'Oh Comrade, What Times Those Were!' History, Capital Punishment and the Urban Square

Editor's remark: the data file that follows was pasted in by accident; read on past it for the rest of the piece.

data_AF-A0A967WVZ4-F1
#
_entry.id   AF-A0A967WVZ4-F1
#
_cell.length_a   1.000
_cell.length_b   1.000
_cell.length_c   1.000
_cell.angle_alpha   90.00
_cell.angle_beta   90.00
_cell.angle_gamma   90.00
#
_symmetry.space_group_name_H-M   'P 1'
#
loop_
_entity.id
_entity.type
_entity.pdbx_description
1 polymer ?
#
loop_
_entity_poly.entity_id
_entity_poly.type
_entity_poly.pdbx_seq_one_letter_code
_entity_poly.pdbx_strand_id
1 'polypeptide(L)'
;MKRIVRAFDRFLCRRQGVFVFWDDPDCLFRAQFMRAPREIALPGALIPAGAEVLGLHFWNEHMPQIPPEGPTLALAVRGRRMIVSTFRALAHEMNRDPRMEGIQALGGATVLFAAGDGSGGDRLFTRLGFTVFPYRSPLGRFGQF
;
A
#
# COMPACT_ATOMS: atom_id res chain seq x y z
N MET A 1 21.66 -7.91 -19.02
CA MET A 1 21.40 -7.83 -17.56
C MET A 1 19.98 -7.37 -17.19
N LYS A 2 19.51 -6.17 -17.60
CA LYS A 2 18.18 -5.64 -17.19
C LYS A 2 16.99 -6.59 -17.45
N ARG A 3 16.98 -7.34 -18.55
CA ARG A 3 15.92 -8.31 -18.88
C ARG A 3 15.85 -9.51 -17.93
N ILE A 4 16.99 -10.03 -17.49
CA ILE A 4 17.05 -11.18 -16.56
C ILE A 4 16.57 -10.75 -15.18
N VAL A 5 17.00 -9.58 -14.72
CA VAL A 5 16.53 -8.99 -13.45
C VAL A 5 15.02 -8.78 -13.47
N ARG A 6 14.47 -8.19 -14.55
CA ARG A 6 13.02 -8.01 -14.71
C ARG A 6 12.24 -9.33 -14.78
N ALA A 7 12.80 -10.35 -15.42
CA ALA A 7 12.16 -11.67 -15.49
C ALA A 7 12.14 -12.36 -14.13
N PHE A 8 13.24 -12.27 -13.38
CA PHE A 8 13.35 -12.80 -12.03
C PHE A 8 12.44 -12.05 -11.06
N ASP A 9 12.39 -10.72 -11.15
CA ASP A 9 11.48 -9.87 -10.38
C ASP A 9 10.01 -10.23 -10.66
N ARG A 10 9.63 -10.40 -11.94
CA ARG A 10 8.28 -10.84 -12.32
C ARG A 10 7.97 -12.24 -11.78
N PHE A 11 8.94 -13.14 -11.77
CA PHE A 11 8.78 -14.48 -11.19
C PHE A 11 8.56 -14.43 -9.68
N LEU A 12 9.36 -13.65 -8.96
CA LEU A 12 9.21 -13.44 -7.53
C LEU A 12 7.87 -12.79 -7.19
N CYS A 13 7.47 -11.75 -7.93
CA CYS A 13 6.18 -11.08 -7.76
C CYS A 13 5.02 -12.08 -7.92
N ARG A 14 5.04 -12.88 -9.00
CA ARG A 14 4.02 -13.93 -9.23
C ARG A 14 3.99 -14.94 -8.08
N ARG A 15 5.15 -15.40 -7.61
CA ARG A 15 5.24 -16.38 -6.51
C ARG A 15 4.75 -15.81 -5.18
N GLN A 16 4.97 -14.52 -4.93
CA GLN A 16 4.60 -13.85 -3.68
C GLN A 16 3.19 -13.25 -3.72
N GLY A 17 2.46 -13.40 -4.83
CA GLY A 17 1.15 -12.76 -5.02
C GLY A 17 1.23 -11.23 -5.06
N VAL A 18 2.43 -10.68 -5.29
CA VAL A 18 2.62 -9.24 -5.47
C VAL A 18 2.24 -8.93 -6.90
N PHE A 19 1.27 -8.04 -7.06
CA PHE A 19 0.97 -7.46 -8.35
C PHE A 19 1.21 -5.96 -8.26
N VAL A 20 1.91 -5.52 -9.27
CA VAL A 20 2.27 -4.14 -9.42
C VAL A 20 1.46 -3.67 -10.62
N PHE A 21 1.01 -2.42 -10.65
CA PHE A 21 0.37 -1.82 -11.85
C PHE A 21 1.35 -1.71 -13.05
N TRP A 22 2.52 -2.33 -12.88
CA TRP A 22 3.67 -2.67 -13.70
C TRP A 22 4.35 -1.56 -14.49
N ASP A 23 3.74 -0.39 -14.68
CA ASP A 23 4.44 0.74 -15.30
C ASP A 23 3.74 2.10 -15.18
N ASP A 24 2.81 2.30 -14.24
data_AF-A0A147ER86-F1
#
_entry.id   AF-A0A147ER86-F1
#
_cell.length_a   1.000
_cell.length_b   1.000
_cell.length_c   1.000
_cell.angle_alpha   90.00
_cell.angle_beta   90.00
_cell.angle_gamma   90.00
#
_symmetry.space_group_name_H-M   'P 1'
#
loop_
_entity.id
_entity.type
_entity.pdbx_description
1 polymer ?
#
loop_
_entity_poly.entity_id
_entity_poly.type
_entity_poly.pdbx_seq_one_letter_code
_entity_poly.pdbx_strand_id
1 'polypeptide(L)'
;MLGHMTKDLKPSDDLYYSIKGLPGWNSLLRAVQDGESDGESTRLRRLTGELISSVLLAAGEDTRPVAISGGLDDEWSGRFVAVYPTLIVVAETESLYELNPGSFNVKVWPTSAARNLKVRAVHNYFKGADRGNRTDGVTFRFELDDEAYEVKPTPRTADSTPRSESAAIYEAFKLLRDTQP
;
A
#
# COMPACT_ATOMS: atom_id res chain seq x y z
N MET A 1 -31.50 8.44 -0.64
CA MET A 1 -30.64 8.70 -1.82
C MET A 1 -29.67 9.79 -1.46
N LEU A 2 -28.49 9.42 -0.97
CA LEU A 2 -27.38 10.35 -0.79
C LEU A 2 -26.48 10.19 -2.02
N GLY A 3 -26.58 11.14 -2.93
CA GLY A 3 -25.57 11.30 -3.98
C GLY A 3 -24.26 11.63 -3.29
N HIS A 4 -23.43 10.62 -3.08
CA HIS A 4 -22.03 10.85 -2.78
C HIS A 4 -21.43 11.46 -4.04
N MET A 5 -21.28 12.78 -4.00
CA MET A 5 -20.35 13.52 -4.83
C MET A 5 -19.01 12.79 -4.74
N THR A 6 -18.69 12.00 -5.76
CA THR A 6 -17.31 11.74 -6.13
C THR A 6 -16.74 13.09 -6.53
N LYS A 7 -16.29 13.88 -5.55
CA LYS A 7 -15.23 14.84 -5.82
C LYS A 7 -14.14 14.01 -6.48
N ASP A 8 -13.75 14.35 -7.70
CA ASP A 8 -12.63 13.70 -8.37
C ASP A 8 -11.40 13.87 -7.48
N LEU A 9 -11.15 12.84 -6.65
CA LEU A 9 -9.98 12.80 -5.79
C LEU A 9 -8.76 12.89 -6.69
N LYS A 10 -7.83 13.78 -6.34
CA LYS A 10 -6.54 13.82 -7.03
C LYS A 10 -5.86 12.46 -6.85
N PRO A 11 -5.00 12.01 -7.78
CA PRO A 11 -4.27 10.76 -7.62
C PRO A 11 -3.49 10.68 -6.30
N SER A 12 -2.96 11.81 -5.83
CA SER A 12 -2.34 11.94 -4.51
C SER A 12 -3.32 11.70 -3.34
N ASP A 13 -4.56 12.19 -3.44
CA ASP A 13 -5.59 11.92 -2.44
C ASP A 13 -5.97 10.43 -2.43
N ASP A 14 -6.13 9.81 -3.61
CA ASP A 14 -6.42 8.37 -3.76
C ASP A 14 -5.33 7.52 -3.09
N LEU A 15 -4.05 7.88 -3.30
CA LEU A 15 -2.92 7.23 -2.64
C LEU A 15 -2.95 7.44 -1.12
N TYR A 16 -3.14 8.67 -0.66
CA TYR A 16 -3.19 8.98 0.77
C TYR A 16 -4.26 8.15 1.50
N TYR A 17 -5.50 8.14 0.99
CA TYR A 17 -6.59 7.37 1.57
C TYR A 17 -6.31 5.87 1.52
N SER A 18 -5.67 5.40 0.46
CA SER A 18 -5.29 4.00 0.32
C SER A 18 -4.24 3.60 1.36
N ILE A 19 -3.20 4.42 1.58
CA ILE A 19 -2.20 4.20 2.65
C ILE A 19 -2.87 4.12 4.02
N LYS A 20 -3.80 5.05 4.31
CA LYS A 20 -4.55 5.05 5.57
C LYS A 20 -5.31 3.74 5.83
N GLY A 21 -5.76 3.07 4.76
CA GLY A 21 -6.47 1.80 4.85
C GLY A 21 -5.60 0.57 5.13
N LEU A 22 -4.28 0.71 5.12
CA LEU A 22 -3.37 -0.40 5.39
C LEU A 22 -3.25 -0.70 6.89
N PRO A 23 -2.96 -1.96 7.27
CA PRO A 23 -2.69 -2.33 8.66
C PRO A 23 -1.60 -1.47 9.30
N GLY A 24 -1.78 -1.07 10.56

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From the perspective of traditional Western histories of the urban realm, public squares have been seen to represent a privileged site of urban containment expressive of a community's highest values of individual freedom, social inclusion and cultural refinement. But such views can be misleading. For what is omitted from the scope of these conventional historical visions and their ideal and conforming subjects of public spatial discourse, is an entire array of other and darker narratives that equally speak of personal choice, collective participation and cultural value. Capital punishment reflects such an example, a practice that once comprised an integral part of the political, social and cultural landscape of a Western city's squares and streets. Drawing from Michel Foucault's Discipline and Punish and its implications on how we might begin to re-read the history of the urban square, the paper seeks to explore those practices and modes of rationality that underpinned the once-public spectacle of executions and torture as a vital condition of urban life. In particular, this discussion will question the assumptions of an historical tradition that continues to reduce our understanding of the city and its open spaces of public appearance and action to an idealistic and illusory reality of the urban realm and its narrow framing of collective conduct, necessity and significance.
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